steve beck's "ghost ship" (gabriel byrne, julianna margulies, ron eldard, desmond harrington, isaiah washington and francesca rettondini as "francesca"). great, grisly, creative opening sequence, but then it settles down into a routine haunted-house style movie as the characters get bumped off one by one, and you try to guess who will be the lone survivor.
- thurdsay, 8/30/01
john carpenter's "ghosts of mars" (natasha henstridge, ice cube, jason statham, clea duvall, pam grier, joanna cassidy). this movie, while pretty original, still reminded me of many other movies (body snatchers, night of the living dead, the thing, etc.). a handful of cops and criminals are thrown together in an unlikely alliance against a band of possessed, body-piercing, bloodthirsty zombies, all in an abandoned mining town on mars in the future. part mystery, part horror, part science fiction, part western, it was rollicking fun eye candy with some good bits, violence, and humor, but unfortunately never really achieved a critical mass to keep you enthralled.
- thursday, 5/25/00
ridley scott's "gladiator" (russell crowe, joaquin phoneix, connie nielsen, richard harris, oliver reed, derek jacobi); nice sword and sandal flick, in the tradition of spartacus and steve reeves. not a masterpiece, but a very good action packed drama, with nice decapitations and skullduggery and other mayhem. the early battle scenes, and indeed all the violent scenes, make the creative decision to show you the confusion of the battle rather than the strategy, a decision which some may dislike but I found exhilarating. the early battle reminded me of orson welles' "chimes at midnight" staging, still a classic! I've heard complaints about the computer generated backgrounds, but they looked mighty fine to me. and it was great to see the durable derek jacobi back in roman garb! (larry's review of this film can be found here.)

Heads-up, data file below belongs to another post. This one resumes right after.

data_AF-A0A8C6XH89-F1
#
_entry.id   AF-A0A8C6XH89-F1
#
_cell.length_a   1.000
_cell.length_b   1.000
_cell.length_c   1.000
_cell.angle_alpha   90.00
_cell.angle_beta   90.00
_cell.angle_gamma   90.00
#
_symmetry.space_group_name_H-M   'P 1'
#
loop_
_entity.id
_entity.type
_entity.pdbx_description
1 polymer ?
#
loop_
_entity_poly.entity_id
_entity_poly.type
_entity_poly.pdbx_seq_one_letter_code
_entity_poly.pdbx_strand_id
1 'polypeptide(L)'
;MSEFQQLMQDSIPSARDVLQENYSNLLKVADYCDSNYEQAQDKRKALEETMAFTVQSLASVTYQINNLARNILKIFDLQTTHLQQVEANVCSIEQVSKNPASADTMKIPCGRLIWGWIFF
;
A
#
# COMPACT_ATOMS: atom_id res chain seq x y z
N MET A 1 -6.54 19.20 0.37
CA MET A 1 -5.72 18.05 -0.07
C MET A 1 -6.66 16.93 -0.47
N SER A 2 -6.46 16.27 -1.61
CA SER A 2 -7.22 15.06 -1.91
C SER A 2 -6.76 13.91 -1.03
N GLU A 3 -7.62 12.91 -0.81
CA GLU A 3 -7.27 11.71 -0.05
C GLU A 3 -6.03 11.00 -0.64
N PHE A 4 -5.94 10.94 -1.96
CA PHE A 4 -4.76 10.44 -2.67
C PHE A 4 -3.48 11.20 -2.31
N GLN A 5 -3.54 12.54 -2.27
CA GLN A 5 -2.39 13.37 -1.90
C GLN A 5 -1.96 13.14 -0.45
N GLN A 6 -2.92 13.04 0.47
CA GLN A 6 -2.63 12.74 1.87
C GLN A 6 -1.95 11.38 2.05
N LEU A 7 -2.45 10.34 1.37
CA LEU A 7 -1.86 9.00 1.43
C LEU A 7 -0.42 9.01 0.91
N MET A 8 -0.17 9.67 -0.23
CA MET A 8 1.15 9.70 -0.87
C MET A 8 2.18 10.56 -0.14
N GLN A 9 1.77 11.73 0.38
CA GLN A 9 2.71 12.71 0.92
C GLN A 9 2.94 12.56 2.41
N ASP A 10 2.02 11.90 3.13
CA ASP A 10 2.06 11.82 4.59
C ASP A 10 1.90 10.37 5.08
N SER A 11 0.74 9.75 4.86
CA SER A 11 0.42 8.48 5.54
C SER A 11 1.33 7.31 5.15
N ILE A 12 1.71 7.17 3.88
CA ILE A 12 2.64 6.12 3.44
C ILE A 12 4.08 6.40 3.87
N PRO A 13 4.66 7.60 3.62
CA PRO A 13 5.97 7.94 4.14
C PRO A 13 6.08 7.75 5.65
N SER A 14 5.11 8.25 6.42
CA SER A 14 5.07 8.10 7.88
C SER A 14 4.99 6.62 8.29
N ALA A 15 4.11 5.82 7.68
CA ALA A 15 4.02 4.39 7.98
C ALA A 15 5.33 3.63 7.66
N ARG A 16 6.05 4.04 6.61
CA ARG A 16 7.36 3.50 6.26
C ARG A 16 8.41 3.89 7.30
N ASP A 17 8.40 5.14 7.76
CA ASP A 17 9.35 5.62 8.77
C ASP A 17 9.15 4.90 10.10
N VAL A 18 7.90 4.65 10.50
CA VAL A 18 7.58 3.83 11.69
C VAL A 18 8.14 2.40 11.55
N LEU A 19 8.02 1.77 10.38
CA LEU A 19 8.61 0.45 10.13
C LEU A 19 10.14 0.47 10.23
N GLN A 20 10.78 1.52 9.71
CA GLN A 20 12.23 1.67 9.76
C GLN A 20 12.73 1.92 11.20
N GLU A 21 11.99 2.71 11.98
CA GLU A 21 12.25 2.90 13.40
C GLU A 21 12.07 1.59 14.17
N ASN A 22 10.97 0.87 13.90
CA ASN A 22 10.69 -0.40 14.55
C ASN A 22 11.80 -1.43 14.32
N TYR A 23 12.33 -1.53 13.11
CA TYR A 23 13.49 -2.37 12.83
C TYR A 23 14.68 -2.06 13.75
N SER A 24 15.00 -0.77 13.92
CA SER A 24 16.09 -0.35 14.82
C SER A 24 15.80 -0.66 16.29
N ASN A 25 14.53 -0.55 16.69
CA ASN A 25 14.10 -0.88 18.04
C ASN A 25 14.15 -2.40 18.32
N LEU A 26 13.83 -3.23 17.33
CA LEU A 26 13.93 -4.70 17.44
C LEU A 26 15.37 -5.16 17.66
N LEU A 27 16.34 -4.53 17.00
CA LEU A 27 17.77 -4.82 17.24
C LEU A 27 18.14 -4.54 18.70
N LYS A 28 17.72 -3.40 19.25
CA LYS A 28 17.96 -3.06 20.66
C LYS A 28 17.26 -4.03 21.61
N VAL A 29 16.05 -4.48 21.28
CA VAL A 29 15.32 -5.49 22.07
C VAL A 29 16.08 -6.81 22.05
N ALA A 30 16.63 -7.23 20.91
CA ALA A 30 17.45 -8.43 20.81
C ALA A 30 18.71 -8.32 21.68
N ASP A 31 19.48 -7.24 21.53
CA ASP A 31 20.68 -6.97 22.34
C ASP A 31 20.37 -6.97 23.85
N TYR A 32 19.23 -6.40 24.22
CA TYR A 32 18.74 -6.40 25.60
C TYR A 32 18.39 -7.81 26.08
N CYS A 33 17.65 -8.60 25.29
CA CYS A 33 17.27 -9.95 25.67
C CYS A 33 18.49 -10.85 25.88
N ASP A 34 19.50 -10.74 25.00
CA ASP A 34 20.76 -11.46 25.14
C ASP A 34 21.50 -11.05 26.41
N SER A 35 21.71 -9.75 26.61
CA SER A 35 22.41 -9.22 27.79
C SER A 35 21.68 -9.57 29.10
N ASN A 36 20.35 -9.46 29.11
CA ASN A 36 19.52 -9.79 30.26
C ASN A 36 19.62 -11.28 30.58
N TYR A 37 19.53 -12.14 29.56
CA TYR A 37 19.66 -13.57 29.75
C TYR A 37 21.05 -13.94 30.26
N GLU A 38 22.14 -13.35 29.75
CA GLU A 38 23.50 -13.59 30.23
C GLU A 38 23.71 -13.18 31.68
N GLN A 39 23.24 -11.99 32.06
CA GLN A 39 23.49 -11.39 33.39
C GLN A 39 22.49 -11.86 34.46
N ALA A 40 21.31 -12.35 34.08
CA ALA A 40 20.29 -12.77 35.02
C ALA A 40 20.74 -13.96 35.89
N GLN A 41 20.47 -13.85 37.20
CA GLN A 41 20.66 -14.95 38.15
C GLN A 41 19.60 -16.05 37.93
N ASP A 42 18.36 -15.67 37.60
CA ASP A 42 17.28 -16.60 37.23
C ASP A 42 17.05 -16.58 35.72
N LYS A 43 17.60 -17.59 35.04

- thursday, 10/10/96
"the glimmer man" (steven seagal, keenan ivory wayans, and a bit part by michelle johnson, not looking as good as she used to) - a badly written but well photographed martial arts buddy cop flick.
- thursday, 4/22/99
doug liman's "go" (sarah polley, desmond askew, taye diggs, scott wolf, jay mohr, timothy olyphant, and william fichtner) - a quirky, gritty, slice of life revolving around several small time losers and druggies and how their lives intertwine. amusing and dark, but easy to forget.
- thursday, 5/21/98
Roland Emmerich (dir, writer, producer) and Dean Devlin (producer, writer) version of "Godzilla" (matthew broderick, jean reno, hank azaria, maria pitillo, michael lerner, harry shearer, kevin dunn, doug savant) - a rousing, exciting, and well-paced special effects flick (with great effects) that keeps you interested despite the clichés.
- thursday, 10/28/04
takashi shimizu's "the grudge" (sarah michelle gellar, bill pullman, clea duvall, grace zabriskie, and the great ted raimi). a really bad and clichéd horror movie. too many little sub-plots for you to get to care about any of the characters, and no real tension in the first place. it is a remake of a japanese film (by the same director) so maybe it was based on cultural cues that I just don't share, but it left me totally unmoved and uninterested.